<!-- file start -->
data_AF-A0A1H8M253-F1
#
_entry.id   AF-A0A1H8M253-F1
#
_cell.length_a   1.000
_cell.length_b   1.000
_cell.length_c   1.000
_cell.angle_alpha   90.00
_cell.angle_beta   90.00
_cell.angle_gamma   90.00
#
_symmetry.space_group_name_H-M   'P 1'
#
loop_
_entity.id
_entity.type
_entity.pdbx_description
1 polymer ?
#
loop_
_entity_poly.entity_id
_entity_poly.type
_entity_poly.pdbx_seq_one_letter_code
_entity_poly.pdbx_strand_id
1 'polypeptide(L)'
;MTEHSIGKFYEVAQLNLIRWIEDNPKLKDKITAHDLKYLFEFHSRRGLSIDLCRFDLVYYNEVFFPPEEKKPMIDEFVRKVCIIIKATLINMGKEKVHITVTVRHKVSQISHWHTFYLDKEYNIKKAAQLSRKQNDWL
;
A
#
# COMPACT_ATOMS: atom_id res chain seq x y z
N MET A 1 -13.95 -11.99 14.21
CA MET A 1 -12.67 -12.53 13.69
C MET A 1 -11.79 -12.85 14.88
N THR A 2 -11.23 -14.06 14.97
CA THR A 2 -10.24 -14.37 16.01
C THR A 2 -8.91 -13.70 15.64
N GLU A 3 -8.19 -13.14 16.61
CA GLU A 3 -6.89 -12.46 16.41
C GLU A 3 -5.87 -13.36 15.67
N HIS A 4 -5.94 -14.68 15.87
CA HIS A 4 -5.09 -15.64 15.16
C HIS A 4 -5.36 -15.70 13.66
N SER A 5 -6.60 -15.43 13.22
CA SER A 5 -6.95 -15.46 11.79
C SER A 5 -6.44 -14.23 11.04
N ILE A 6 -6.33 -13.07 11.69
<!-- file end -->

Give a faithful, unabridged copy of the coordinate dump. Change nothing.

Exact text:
data_AF-A0A1H8M253-F1
#
_entry.id   AF-A0A1H8M253-F1
#
_cell.length_a   1.000
_cell.length_b   1.000
_cell.length_c   1.000
_cell.angle_alpha   90.00
_cell.angle_beta   90.00
_cell.angle_gamma   90.00
#
_symmetry.space_group_name_H-M   'P 1'
#
loop_
_entity.id
_entity.type
_entity.pdbx_description
1 polymer ?
#
loop_
_entity_poly.entity_id
_entity_poly.type
_entity_poly.pdbx_seq_one_letter_code
_entity_poly.pdbx_strand_id
1 'polypeptide(L)'
;MTEHSIGKFYEVAQLNLIRWIEDNPKLKDKITAHDLKYLFEFHSRRGLSIDLCRFDLVYYNEVFFPPEEKKPMIDEFVRKVCIIIKATLINMGKEKVHITVTVRHKVSQISHWHTFYLDKEYNIKKAAQLSRKQNDWL
;
A
#
# COMPACT_ATOMS: atom_id res chain seq x y z
N MET A 1 -13.95 -11.99 14.21
CA MET A 1 -12.67 -12.53 13.69
C MET A 1 -11.79 -12.85 14.88
N THR A 2 -11.23 -14.06 14.97
CA THR A 2 -10.24 -14.37 16.01
C THR A 2 -8.91 -13.70 15.64
N GLU A 3 -8.19 -13.14 16.61
CA GLU A 3 -6.89 -12.46 16.41
C GLU A 3 -5.87 -13.36 15.67
N HIS A 4 -5.94 -14.68 15.87
CA HIS A 4 -5.09 -15.64 15.16
C HIS A 4 -5.36 -15.70 13.66
N SER A 5 -6.60 -15.43 13.22
CA SER A 5 -6.95 -15.46 11.79
C SER A 5 -6.44 -14.23 11.04
N ILE A 6 -6.33 -13.07 11.69